Protein-inspired graphene design bridges nano- to macroscale
(Nanowerk Spotlight) Nanostructures present novel material properties and interesting insight into new physical phenomena. However, from a technical and commercial application point of view, a successful bridging between the nanoscale specific significance with large-scale applications must be made to obtain these benefits. One of the 'hottest' nanomaterials at the moment is graphene, a one-atom thick sheet of carbon (see: "Nanotechnology researchers go ballistic over graphene"). Ribbons made from graphene, basically stripes that look like molecular chicken wire, show even more unconventional properties than graphene, especially when they are less than 100 nm wide.
Any material approach to use graphene nanoribbons for larger-scale applications must be able to assemble them into macroscopic materials, while preserving their physical significance and novel properties at these larger scales. Researchers at MIT have addressed this issue by proposing hierarchical assemblies of graphene nanoribbons through hydrogen bonds, inspired by biological structures found in nature such as proteins and DNA macromolecules. Their work brings about a synergistic viewpoint that combines advances in materials development and insight gained from biological structures, and leads to new understanding of the mechanics and physics hydrogen bonds at the bio-nano interface.
"Graphene nanoribbons possess fascinating electronic properties such as width and edge shape dependent electronic properties, which suggest flexible control of their properties through structural modification," Markus Buehler tells Nanowerk. "However, the lack of precision control at the nanoscale, the structural instability at elevated temperature, and the chemical activity at their open edges have provided great difficulties in achieving larger-scale applications of graphene nano-ribbons so far."
In recent work ("Hierarchical graphene nanoribbon assemblies feature unique electronic and mechanical properties"), Buehler, the Esther and Harold E. Edgerton Associate Professor at MIT's Department of Civil and Environmental Engineering, together with his postdoctoral associate Zhiping Xu, have investigated the mechanical and electronic properties of graphene nanoribbons through first principles calculations. They demonstrate that hierarchical graphene nanoribbons not only preserve the unique electronic properties of individual graphene nanoribbons in the bulk, but are also energetically and mechanically stable.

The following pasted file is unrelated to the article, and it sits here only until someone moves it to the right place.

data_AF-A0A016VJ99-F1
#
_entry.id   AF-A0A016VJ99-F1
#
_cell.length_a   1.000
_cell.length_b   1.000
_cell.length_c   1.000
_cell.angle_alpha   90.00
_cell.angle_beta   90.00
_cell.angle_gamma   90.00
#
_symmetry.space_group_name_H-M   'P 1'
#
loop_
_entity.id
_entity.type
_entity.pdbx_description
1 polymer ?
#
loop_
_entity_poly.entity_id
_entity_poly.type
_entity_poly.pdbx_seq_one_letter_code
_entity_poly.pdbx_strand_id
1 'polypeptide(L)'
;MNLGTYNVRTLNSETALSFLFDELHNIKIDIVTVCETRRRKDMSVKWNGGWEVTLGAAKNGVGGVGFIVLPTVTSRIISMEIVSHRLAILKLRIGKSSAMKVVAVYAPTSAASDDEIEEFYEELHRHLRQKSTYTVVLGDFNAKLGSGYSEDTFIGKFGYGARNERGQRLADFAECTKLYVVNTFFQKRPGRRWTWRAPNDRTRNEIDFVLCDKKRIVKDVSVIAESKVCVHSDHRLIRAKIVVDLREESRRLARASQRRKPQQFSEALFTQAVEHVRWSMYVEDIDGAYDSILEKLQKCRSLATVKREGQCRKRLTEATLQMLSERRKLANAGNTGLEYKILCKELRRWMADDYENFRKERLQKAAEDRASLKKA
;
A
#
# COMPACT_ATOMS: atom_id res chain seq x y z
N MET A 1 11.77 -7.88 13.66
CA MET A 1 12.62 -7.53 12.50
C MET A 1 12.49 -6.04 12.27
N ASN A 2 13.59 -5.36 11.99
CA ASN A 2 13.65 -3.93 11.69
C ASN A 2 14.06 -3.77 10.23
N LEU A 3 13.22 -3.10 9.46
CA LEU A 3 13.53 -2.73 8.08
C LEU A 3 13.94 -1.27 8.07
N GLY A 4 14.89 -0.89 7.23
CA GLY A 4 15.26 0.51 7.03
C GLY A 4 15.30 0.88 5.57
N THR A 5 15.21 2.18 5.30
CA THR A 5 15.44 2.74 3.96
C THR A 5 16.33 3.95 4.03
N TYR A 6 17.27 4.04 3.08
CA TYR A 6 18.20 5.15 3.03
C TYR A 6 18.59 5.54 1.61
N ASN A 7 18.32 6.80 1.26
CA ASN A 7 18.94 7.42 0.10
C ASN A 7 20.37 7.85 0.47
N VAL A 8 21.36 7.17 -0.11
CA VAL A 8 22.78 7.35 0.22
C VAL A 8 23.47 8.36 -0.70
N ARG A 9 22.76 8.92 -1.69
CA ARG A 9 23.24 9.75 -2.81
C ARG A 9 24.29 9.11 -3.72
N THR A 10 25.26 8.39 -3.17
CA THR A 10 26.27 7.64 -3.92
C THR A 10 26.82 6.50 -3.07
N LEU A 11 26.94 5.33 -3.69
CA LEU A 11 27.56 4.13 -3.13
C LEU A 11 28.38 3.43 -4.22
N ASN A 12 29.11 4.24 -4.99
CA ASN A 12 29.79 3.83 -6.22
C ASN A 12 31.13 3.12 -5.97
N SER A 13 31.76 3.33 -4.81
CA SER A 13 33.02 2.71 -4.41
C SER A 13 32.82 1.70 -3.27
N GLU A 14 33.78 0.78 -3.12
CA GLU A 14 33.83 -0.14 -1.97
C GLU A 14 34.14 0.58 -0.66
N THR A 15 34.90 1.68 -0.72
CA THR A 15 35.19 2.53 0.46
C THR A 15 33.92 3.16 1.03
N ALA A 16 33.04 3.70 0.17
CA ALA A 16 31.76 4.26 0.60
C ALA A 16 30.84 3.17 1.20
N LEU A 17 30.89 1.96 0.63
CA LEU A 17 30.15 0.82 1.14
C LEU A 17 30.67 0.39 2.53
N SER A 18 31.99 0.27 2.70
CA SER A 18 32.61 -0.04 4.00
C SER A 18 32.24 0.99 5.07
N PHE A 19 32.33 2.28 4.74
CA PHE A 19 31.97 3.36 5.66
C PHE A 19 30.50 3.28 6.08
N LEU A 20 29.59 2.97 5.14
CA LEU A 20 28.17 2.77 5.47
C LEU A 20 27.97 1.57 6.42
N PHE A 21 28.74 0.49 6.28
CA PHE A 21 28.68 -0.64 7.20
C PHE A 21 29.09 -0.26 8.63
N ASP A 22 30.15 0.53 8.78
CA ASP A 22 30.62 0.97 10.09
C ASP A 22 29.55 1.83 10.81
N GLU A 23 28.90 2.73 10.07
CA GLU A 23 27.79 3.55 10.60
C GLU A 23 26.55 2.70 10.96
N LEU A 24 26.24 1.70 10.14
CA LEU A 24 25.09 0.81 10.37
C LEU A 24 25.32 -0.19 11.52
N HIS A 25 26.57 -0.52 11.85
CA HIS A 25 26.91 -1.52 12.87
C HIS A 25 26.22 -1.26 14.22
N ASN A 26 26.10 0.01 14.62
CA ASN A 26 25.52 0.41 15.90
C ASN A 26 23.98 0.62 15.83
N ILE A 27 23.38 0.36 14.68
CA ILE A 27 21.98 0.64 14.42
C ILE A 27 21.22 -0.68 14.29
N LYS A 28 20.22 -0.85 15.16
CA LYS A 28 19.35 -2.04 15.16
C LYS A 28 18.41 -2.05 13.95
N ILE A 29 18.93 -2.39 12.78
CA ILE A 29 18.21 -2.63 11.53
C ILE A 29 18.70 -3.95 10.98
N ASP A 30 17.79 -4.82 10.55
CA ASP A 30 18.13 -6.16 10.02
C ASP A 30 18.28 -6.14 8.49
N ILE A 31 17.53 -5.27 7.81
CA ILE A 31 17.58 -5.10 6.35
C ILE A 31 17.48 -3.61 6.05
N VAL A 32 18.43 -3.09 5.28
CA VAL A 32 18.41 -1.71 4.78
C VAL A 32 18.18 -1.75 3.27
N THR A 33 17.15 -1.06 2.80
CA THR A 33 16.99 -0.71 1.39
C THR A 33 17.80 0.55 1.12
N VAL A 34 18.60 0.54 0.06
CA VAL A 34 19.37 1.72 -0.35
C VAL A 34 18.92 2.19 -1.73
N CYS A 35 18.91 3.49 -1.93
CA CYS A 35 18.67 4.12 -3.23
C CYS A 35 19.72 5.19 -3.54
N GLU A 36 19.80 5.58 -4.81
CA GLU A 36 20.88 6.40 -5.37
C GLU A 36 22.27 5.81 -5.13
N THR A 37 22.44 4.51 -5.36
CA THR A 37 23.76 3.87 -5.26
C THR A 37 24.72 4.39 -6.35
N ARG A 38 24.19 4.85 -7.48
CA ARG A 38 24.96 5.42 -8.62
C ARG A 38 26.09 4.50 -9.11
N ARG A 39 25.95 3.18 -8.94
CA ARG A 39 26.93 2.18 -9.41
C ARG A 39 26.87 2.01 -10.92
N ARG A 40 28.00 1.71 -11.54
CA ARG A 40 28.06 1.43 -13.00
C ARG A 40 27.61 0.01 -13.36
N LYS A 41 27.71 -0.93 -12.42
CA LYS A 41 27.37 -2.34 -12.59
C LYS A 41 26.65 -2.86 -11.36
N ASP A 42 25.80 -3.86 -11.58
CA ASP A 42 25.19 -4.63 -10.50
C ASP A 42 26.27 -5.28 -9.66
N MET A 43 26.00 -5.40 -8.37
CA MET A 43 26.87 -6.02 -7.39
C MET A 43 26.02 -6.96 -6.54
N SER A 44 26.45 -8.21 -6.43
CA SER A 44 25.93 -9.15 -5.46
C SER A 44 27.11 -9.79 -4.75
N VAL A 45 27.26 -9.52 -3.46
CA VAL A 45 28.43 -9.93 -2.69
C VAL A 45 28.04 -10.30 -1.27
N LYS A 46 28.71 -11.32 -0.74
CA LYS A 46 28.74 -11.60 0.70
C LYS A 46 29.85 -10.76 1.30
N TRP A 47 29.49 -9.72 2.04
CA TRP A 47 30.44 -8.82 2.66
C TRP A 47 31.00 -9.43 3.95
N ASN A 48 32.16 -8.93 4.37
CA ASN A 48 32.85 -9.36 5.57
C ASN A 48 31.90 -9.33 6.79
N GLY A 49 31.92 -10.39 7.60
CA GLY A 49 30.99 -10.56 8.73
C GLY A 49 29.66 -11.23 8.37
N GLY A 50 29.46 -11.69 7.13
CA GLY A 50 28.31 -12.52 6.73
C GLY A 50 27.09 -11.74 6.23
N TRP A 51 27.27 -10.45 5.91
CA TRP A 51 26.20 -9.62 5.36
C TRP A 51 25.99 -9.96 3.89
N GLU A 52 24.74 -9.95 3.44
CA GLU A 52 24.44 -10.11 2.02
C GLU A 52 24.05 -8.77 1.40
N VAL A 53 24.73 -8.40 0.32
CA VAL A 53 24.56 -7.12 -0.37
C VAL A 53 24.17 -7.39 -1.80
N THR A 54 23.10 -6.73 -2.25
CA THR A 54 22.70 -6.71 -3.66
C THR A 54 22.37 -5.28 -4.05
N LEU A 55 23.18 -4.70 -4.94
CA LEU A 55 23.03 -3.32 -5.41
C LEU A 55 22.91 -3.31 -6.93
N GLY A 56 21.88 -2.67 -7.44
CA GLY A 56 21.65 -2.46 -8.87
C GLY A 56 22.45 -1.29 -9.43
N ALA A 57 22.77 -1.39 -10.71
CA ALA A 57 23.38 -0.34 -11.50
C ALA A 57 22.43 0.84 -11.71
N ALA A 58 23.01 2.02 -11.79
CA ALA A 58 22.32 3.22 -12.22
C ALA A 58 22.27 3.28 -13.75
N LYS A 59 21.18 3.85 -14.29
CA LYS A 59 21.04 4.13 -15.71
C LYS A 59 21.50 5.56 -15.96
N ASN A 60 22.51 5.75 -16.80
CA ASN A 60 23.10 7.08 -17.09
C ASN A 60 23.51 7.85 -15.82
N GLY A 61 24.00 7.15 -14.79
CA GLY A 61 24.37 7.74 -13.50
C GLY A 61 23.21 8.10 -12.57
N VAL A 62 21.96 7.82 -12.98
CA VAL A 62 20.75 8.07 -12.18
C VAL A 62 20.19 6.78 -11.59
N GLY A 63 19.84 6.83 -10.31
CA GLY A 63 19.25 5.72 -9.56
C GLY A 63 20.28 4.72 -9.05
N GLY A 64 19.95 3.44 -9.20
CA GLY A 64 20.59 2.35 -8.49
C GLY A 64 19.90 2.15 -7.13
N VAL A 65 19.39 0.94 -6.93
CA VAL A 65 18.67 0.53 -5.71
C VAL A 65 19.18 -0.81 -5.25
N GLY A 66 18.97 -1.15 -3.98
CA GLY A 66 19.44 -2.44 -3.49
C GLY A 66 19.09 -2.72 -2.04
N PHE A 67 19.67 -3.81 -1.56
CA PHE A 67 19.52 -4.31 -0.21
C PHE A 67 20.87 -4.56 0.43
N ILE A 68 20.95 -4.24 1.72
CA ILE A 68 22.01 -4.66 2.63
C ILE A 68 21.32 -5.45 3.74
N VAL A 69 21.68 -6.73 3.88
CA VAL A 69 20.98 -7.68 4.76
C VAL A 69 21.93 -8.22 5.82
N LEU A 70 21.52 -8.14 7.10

Atomistic structure of hydrogen bonded graphene nanoribbon. The blow-up shows the electron density distribution. (Image: Dr. Buehler, MIT)
"The selective and directional binding of hydrogen bond enables the design and synthesis of graphene nanoribbon materials of scalable size, linking nano to macro," explains Buehler. "Moreover, the hydrogen bond network provides considerable structure stability with respect to both tensile and shear loads."
In their work, which was funded by DARPA and the MIT Energy Initiative (MITEI), Buehler and Xu show that the weak nature of the hydrogen bond preserves the intrinsic electronic properties of graphene nanoribbons in the assemblies. Specifically, they confirmed that the edge states are observed near the Fermi level and the electronic structures are controllable by the width of graphene nanoribbon.
The MIT researchers utilized a bottom-up atomistic simulation approach, based on first principles calculations. They have performed a series of simulations to examine the functional properties of hierarchical structures of graphene nanoribbons with different geometries. Based on their simulations, they propose larger-scale hydrogen bonded assemblies based on functionalized graphene nano-ribbons, with -C=O group functionalization and -N=H substitution at the edge (see Figure above).
These results show, for the first time, how functional large-scale nanostructured materials made of hierarchically assembled graphene nanoribbons can be fabricated.
A lot of Buehler's research deals with examining and explaining structural hierarchies in biological materials and applying these findings to the design of novel materials (see for instance: "Insight into nature's protein factory could lead to radically new materials design "). So it is not surprising that his new approach to scaling up graphene nanostructures – which can also be extended to other nanostructures – is also bioinspired.
"Our results provide the scientific basis for broad impact in developing novel functional materials with exceptional controllability at the nanoscale" says Buehler. "The hydrogen bond based assembly is a major breakthrough for the design application of graphene nanomaterials and offers a roadmap for the experimental work in this direction."